Blakeson - Writer

Cardiff-based film, theatre and gig reviews, cultural ramblings, whingeing, short films, etc.

Monday, December 15, 2008

"No Offence" / Dirty Protest Mixtape

The most recent “On The Edge” reading I attended, at Chapter, Cardiff was of “No Offence”, by veteran actor and author Terry Victor, who also directed. Described as a “comedy of terrors”, it depicts a small theatre company (“Fire On Stage!”) staging a provocative performance piece on the subject of censorship, which is eventually disrupted by agents of the repressive state. Very elegantly written, it ably satirises the self-importance of the artist, and skewers past injustices, such as the hounding of Lenny Bruce (although, as I understand it, he was to a large extent the author of his own misfortune, and had, perhaps, a simplistic take on the power of language) and Mary Whitehouse’s attack on “The Romans in Britain” (whose director, Michael Bogdanov was in the audience). An intentionally unfunny, self-righteous stand-up comedy segment in the middle seemed a bit of a dead weight, however; and the play lapsed into melodrama at the end, which tended to undermine the measured nature of the debate it aimed to inspire. An excellent cast though – Julie Barclay, Joshua McCord, Laura Dalgleish, Dan McCloud, Liz Gardiner – and the piece certainly provoked thought, even if only about our own boundaries, censorship being something to which everyone objects, until the point at which we don’t. Perhaps this kind of internal conflict, rather than clenched-fist confrontation with religious-political authoritarianism, might make a good subject for a more nuanced kind of drama.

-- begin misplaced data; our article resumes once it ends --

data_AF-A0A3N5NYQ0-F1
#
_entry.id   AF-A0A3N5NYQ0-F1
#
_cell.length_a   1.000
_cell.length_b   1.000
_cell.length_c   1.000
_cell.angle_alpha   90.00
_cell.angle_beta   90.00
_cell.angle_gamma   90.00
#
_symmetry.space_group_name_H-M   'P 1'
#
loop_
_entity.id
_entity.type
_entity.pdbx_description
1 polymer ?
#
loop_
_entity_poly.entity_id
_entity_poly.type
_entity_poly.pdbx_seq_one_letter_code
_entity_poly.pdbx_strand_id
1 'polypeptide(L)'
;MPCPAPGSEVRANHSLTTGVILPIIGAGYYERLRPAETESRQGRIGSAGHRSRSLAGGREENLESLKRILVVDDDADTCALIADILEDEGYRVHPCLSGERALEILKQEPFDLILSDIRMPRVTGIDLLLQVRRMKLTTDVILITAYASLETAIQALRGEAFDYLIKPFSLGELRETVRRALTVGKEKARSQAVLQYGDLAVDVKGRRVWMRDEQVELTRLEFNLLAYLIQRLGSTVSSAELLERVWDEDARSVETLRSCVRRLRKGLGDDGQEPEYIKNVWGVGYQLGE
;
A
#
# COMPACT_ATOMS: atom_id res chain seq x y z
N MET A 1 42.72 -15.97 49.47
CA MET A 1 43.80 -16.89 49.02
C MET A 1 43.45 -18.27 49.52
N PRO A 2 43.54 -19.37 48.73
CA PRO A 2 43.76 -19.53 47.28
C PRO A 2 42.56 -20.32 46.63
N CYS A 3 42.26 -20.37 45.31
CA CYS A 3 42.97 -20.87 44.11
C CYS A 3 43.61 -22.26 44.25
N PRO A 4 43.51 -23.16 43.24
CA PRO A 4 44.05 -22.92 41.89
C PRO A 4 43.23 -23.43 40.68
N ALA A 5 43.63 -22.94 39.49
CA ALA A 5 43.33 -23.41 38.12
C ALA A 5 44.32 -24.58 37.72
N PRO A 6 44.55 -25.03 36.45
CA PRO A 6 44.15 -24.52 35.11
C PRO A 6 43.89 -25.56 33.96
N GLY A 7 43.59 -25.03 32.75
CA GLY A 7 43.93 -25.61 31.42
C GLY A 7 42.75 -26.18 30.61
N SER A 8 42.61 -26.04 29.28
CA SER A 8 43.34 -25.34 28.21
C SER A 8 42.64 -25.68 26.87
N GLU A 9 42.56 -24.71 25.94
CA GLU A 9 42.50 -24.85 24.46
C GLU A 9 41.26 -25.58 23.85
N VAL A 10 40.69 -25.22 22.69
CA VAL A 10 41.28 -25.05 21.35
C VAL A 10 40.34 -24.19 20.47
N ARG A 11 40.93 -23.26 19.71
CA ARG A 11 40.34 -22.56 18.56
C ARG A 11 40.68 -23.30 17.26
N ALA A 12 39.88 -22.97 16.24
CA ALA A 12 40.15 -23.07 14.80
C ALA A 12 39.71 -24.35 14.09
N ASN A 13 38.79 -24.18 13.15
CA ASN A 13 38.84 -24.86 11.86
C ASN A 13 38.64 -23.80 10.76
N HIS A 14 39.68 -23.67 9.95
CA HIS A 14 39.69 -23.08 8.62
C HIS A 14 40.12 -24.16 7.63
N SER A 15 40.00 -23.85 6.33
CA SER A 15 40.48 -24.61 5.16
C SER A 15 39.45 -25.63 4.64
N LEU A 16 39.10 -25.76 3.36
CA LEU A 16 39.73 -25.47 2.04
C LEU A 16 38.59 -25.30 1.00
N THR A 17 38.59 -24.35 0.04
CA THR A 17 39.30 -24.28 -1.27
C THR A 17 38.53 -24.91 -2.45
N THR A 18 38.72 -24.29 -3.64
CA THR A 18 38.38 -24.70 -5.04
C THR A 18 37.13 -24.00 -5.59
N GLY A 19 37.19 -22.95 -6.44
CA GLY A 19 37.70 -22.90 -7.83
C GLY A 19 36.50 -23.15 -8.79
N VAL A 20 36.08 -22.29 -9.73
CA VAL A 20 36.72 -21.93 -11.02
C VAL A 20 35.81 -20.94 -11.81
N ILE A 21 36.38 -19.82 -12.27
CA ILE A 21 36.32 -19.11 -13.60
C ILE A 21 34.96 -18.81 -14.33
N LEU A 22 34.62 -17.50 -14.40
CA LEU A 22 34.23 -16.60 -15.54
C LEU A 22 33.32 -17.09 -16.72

The final Dirty Protest night of 2008 - The Mixtape - was a celebratory theatrical extravaganza, held at Cardiff’s Clwb Ifor Bach, featuring a selection of readings of new short plays and monologues (theme:- settling scores) and popular pieces from throughout the year (not including mine). A plethora of stellar and unfamiliar names and faces, with the tone alternating between the comic and the poignant. As always, the team provided a highly entertaining evening in an inspired setting (despite the intrusively loud music coming from elsewhere in the venue), and, once more, abundant evidence of the richness and enthusiasm within the independent (i.e. unpaid) theatre scene in Wales.


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